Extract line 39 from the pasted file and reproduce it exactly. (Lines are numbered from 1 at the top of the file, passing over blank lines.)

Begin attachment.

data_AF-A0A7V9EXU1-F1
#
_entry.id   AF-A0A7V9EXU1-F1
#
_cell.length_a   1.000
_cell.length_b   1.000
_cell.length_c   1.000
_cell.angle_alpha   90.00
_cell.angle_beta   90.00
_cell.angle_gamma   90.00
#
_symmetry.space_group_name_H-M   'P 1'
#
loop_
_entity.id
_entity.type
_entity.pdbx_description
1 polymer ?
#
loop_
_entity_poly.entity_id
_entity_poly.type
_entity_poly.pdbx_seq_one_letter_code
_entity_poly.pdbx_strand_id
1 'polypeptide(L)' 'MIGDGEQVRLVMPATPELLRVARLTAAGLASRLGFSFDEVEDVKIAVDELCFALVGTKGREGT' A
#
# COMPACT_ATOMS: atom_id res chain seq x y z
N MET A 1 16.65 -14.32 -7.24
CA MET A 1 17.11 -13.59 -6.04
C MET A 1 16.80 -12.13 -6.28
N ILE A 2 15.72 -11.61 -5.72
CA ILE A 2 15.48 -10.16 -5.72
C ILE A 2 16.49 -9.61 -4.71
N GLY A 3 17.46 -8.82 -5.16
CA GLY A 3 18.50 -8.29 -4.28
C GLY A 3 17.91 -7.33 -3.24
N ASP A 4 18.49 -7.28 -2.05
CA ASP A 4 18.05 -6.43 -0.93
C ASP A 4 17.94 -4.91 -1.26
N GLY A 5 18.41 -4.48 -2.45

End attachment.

C ASP A 4 17.94 -4.91 -1.26